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 Stooges In Detroit

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ZenDog

ZenDog


Number of posts : 48
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PostSubject: Stooges In Detroit   Stooges In Detroit Icon_minitimeSun Apr 15, 2007 12:02 am

There was no peanut butter flung across the Persian pillars, no blood on the ornate stage of the Fox Theatre, but lots of stage diving and ear-shattering music as a buoyant Iggy and the Stooges returned to Detroit for a sold-out Friday the 13th gig at the grand old Roaring '20s edifice.

The Stooges played their last live gig before the breakup in 1974 just three or four blocks away from the Fox, at the old Michigan Theater (then known as the Michigan Palace), but the 33 years off seem to have refreshed them.

Ron Asheton was clearly enjoying himself as he provided that all-important mordant whine on guitar, and brother Scott "Rock Action" Asheton pounded out the sledgehammer beats that allow Iggy to gambol around like a hyperactive but extremely coordinated five-year-old.

Iggy turns 60 in a few weeks, but looks amazing, not even bothering to wear a shirt for one minute. Most importantly, he moved as if it was 1969; writhing and cracking his amazing long torso like a whip as he undulated across the stage.

The sound didn't do the Stooges any favors; the Rock Action drums were always easy to hear but Asheton's guitar was too far back and muddy in the mix. On "I Wanna Be Your Dog" especially, the familiar foreboding drone couldn't be heard unless you strained to hear him.

But as always, the concert was at least half a spectacle. Not even halfway through "Dog," Iggy hurled himself into the front rows. After he was hauled back up by his long-suffering roadie, he resumed a call and response with the crowd, Iggy yelling "Now I wanna," as the crowd roared back "be your dog!"

Next he delighted the crowd by pouring a beer over his head, drinking a few gulps, then throwing the bottle out into the crowd.

After "TV Eye" the group launched into "My Idea of Fun," the best song on their new album "The Weirdness," with the classic Iggy couplet: "My idea of fun/is killing everyone" (No worries: It's an anti-war song.)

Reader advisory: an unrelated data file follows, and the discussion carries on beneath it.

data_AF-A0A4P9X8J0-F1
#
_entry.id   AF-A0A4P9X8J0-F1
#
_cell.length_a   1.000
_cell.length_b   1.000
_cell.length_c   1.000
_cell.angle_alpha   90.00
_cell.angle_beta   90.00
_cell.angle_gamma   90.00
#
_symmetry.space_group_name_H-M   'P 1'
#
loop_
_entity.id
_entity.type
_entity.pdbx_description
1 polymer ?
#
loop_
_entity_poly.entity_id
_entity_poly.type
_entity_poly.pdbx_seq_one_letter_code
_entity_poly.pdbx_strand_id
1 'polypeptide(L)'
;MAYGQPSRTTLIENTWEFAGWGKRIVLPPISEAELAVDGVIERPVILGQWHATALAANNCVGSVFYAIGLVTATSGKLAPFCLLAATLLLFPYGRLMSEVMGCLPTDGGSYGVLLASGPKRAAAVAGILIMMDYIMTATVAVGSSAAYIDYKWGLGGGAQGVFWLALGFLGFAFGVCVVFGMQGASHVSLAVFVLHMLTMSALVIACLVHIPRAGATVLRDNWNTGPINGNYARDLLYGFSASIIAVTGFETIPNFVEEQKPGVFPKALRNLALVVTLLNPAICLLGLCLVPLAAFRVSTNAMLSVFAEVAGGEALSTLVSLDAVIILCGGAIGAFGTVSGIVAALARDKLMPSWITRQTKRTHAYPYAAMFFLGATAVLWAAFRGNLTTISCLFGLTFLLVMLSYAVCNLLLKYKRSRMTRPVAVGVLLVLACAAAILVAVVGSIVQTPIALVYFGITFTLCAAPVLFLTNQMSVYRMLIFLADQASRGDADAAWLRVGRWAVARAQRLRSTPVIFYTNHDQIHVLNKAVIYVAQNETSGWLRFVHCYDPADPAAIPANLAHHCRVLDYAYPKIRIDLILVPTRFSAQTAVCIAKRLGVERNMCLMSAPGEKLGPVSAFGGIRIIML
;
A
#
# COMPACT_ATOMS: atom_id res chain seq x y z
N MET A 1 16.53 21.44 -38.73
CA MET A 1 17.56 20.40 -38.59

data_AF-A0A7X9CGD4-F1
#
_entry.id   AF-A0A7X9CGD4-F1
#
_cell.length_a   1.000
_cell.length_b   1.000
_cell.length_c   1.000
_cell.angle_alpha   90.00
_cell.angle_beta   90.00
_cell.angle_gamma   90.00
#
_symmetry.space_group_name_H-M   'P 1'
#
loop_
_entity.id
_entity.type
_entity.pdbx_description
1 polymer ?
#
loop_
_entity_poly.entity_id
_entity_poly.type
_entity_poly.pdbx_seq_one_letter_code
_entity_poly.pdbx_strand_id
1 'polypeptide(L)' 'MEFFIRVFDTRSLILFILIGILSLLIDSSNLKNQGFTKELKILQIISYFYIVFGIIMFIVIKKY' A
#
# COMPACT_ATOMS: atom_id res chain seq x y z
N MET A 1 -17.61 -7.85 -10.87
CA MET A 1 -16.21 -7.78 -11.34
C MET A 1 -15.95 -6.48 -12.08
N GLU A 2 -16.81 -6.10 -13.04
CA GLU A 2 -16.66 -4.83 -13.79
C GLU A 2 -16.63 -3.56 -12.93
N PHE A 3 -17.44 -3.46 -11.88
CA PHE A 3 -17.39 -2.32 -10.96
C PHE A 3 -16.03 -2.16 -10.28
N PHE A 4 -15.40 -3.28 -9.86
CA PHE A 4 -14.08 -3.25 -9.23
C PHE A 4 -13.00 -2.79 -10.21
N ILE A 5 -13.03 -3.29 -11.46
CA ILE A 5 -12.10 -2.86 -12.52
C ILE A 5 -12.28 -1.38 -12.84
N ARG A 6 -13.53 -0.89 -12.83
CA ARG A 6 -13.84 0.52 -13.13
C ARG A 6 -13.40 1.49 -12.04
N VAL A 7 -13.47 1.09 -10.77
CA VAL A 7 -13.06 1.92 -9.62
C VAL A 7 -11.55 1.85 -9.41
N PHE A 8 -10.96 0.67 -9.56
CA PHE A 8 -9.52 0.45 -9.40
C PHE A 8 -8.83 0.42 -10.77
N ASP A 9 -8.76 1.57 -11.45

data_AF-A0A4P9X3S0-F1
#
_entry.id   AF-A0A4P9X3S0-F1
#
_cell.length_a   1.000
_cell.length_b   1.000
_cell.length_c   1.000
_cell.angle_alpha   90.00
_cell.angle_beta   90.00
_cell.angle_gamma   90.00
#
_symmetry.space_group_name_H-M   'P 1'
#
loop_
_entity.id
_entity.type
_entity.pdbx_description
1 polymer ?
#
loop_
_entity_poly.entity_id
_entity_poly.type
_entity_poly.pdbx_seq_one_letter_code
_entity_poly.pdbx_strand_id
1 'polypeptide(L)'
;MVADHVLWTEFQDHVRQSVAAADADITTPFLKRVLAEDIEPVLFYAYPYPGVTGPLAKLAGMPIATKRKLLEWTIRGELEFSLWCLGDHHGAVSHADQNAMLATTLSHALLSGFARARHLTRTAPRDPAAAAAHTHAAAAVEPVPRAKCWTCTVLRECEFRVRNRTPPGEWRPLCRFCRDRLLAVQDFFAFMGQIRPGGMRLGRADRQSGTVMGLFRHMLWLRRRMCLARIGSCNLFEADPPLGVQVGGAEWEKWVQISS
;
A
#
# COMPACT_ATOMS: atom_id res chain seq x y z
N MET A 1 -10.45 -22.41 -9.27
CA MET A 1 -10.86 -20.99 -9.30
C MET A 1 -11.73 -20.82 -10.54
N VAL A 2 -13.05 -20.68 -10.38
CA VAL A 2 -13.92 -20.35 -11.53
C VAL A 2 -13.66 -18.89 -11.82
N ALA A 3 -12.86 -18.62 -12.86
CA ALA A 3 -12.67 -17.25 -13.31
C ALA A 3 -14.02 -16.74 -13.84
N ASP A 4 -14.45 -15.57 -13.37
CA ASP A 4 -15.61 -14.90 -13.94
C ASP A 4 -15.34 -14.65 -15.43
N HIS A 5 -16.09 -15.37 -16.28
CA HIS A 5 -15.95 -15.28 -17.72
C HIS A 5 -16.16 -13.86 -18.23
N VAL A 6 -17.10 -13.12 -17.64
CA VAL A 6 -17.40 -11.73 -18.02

The band jumps between 35-year-old songs and their brand new material, as if the ensuing decades of disco, punk, the Seattle sound, boybands and everything else was just a weird, collective nightmare we all somehow awoke from.

Although Iggy doesn't cut himself or reveal any body parts, and it's almost orchestrated when audience members clamber onstage with him during "Real Cool Time" and "No Fun," he somehow still manages to exude a primal sense of danger even now, pushing 60.

When Ypsilanti's favorite son slipped off the stage again during "Fun," there were gasps as people wondered if he'd have a soft landing, if the crowd would let him go and if his gray-haired, solicitous roadie would get him back onstage in one piece.

He did.

The biggest difference between today's Stooges show and those back in the mists of time is, instead of taunting Iggy and throwing glass and coins at him, the audience is with him. Back then something about Iggy set off the men, especially, but on Friday the air was thick with joyful testosterone, the middle-aged ones jumping frantically to the drone of anthems like "1969" and the young punks joyously joining in, as if they'd been teleported back in time.

As the crowd exited, one fan said, laughingly, "Well the pants stayed up!"

OK, so there was one nod to maturity.

http://www.detnews.com/apps/pbcs.dll/article?AID=/20070414/ENT01/704140418/1033
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ZenDog

ZenDog


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PostSubject: Re: Stooges In Detroit   Stooges In Detroit Icon_minitimeSun Apr 15, 2007 12:17 am

I don't know where that rock journalist was sitting, but Ron's guitar sounded just fine to me. Never trust a so called "rock critic', look at that fool in Austin, Texas who tried to say The Stooges used back up tapes.